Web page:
determination was shown in her conversation with her sister Ismene when Antigone
said: Why not? Our own brothers’ burial! / Hasn’t Creon graced one with all
the rites,/ disgraced the other? Eteocles, they say, / has been given full
military honors, / rightly so- Creon’s laid him in the earth/ and he goes with
glory down among the dead. / But the body of Polynices, who died miserably/ -
why, a city-wide proclamation, rumor has it,/ forbids anyone to bury him, even
mourn him. / He’s to be unwept, unburied, a lovely treasure/ for birds that
scan the field and feast to their heart’s content. (1308) Antigone was able to
justify her judgment that it was all right to bury her brother because he
deserved to be mourned just like Eteocles. There was nothing that could have
stopped Antigone from burying her brother. So she listened to her ‘mental
opinions’ and made a decision to bury Polynices. Creon however, could not make
sense of Antigone’s action to bury her brother. When Creon hears about the
burial of Polynices he reacted by saying “What? / What man alive would
dare-“ (1314). This shows that Creon is not used to being defied by people in
his own kingdom. He even thought that the Sentry committed the crime and said to
him "Yes you did- / what’s more, you squandered your life for silver”
(1316). Pleading for help the Sentry reacts saying “Oh it’s a terrible thing
when the one who does the judging judges things all wrong” (1316). Creon
answers by saying; “Well now you just be careful about your judgments- / if
you fail to produce the criminals for me, you’ll swear your dirty money
brought you pain” (1316). A very powerful statement, Creon judged the actions
of others and tried to justify them. However, he could not justify why someone
would go against his word. So in anger he blamed anyone including the Sentry.
That is when the Sentry tells Creon that his perception is out of whack and he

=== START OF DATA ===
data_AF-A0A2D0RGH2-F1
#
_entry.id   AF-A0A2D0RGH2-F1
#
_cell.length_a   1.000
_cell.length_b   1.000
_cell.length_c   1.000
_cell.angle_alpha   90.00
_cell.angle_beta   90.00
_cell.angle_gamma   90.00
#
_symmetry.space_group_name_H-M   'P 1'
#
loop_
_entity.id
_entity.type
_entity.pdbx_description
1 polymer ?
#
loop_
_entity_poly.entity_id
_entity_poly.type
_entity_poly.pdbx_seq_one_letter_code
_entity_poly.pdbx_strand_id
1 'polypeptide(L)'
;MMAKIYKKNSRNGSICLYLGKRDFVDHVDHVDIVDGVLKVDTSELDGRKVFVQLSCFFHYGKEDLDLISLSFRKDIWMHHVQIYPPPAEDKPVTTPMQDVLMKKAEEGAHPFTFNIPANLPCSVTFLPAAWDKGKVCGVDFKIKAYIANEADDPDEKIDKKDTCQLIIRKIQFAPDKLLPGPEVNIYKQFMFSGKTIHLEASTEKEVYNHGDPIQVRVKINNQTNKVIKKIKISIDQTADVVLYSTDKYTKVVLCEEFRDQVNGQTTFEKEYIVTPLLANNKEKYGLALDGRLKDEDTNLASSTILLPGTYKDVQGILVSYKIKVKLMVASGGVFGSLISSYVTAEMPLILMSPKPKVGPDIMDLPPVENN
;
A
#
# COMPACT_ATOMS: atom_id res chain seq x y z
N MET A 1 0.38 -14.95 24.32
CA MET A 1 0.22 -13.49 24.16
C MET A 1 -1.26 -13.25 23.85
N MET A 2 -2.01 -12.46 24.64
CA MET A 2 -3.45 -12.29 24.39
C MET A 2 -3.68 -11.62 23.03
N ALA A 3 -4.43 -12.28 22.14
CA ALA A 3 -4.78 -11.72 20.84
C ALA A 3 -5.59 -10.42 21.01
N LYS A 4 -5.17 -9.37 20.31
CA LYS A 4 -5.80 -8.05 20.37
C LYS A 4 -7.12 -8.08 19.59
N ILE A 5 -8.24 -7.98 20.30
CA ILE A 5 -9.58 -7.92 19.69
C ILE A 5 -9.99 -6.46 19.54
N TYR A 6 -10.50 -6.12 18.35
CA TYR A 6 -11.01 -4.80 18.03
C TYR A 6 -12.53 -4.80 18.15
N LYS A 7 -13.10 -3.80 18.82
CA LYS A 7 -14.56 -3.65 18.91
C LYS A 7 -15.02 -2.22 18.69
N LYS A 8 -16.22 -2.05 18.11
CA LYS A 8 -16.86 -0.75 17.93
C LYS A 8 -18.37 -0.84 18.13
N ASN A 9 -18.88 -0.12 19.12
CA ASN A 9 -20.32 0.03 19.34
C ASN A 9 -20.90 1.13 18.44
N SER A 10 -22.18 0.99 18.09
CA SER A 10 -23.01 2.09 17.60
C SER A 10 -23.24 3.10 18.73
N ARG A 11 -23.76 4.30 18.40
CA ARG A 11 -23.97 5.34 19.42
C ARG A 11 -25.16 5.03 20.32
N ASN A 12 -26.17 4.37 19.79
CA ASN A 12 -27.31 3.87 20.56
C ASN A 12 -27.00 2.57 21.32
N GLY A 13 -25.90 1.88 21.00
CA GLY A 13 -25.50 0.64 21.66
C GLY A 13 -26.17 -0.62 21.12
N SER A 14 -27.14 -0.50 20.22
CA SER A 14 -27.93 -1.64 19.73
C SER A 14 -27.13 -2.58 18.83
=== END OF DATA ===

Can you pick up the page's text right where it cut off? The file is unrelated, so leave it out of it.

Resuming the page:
needs to reassess his thoughts. Creon tells the Sentry that unless the Sentry
and his men cannot find the criminal, then the Sentry will be found guilty of
committing the crime. After Creon found out that Antigone committed the crime he
reacted with such shock and said “Prisoner! Her? You took her- where, doing
what? /… What? / You mean what you say, you’re telling me the truth?/…
What did you see? Did you catch her in the act?” (1318) Since Antigone was
family Creon decided to give her the benefit of the doubt. But after Antigone
admitted that she buried Polynices Creon got angry. He was confused about her
actions and decided to punish her by executing her. Then Antigone and Creon
argue upon whether or not Antigone had done a favor to a traitor. Antigone felt
no remorse for going against her kingdom’s law because in her opinion “No
matter- Death longs for the same rites for all” (1322). Basically Antigone and
Creon had different opinions on every issue. Antigone felt she was moral for
paying respects to her brother. While Creon thought that Antigone was a criminal
because she defied his perception and buried a traitor. The action based on
judgments that Antigone took led to her death. And the action that Creon took
based on his judgments led to the death of his son and wife. The death of
Antigone, because of her own judgment and Creon’s actions based on the others
judgments, led to Heamon making the decision based on his own judgments and
decision: to rather die than live without Antigone. This led to the decision of
Eurydice, which was based on all the decisions of judgment made by Antigone,
Creon, and Heamon, to kill herself. And this left Creon all alone because of his
own actions based on his ‘mental opinion’. In all of these judgments, the
one thing that gets clouded was the fact that there was no justice. Everyone
lost. Justice was served to no one because they all had different judgments on